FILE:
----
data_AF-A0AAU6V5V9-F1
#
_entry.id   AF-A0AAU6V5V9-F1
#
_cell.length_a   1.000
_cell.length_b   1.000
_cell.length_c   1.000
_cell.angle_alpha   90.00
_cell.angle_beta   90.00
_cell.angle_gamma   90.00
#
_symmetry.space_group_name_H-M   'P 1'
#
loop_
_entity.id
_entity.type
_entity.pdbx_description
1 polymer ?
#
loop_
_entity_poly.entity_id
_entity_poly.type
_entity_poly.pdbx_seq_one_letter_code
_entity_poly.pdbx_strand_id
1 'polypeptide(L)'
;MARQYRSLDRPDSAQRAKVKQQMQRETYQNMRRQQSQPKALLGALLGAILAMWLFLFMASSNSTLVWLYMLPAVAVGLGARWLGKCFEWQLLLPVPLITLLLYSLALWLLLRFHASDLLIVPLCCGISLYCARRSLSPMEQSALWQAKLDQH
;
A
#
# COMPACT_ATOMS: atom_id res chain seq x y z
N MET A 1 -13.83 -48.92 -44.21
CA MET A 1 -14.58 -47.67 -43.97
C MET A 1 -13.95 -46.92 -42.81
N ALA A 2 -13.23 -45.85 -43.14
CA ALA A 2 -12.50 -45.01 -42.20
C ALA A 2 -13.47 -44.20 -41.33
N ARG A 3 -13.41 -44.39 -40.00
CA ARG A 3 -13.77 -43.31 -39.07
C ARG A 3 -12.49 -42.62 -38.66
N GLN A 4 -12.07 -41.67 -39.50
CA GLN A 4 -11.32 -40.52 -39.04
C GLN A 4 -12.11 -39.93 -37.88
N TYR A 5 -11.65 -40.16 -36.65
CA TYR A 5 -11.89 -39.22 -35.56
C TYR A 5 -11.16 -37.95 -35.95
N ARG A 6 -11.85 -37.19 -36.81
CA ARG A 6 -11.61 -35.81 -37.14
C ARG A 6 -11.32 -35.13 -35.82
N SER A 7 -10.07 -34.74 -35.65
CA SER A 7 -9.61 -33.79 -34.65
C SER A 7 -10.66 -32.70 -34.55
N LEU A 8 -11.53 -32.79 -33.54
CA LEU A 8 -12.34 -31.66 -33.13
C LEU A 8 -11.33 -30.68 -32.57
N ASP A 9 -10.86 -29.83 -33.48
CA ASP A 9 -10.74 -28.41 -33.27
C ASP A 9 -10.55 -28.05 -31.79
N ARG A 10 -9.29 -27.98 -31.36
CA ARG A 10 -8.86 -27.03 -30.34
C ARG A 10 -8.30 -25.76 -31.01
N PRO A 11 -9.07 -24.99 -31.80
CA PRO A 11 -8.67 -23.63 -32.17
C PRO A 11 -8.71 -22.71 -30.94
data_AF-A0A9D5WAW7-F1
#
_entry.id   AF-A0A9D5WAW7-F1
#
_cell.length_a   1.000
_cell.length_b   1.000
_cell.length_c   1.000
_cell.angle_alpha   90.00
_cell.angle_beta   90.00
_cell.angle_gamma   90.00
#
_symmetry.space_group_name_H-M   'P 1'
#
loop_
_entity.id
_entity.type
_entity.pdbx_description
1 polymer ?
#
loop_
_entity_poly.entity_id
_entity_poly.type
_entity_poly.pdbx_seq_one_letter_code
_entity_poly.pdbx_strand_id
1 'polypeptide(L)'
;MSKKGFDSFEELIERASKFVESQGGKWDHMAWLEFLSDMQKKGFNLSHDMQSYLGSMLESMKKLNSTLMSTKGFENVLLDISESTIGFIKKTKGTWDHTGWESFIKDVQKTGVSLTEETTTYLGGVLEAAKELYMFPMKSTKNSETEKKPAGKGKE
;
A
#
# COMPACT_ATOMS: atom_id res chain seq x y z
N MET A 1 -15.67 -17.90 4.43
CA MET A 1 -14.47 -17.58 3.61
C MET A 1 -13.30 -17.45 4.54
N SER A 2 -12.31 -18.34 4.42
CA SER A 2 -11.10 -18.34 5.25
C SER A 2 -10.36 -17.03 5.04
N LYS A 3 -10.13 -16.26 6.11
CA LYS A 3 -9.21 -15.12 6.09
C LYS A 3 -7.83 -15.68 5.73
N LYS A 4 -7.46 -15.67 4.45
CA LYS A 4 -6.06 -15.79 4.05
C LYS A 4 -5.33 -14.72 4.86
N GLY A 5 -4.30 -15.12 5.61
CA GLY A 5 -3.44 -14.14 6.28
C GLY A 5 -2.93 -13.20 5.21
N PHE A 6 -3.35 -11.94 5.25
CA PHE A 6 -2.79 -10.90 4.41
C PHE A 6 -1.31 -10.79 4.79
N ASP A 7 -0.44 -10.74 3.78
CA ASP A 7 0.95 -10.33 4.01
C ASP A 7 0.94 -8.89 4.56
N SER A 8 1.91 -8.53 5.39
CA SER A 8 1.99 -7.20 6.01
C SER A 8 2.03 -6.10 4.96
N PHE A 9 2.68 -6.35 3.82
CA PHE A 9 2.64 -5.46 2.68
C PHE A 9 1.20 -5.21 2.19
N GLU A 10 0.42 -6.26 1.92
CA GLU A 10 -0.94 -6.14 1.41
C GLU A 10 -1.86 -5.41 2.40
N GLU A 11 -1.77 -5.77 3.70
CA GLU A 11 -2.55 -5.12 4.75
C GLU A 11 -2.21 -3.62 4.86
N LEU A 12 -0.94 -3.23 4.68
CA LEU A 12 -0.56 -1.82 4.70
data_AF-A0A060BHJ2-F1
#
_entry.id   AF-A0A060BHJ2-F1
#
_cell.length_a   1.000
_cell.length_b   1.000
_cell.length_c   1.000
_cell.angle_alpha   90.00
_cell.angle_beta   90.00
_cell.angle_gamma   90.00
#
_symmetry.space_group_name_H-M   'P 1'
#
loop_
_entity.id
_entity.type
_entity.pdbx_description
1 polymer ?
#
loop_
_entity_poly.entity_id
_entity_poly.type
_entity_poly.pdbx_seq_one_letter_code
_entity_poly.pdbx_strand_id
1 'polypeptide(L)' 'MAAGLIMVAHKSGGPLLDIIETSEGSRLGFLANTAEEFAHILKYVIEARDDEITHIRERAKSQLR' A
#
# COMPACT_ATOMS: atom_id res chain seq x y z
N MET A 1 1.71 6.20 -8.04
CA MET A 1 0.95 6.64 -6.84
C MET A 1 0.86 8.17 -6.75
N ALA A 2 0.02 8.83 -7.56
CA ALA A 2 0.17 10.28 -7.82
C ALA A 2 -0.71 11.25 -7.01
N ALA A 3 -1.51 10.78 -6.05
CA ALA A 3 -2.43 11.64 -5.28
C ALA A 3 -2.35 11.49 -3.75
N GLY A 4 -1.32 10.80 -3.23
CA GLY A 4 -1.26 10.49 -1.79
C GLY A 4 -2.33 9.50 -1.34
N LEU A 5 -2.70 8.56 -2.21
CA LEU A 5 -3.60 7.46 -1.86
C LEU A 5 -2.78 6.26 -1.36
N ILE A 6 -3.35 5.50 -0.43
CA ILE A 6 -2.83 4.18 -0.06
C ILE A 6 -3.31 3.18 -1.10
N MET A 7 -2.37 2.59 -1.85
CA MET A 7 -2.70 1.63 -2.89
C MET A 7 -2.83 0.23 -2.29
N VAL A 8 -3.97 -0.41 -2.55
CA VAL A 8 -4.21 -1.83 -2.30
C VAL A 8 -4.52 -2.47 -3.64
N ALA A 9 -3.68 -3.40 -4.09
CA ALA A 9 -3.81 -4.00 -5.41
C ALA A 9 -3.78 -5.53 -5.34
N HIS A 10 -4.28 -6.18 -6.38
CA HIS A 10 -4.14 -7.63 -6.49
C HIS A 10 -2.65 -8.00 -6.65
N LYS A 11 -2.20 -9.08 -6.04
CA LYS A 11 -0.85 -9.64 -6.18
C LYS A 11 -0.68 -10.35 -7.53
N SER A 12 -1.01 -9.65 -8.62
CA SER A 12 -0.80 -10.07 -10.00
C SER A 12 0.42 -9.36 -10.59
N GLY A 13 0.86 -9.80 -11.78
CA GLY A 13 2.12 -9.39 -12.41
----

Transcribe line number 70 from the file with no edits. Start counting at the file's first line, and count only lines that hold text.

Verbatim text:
_cell.length_c   1.000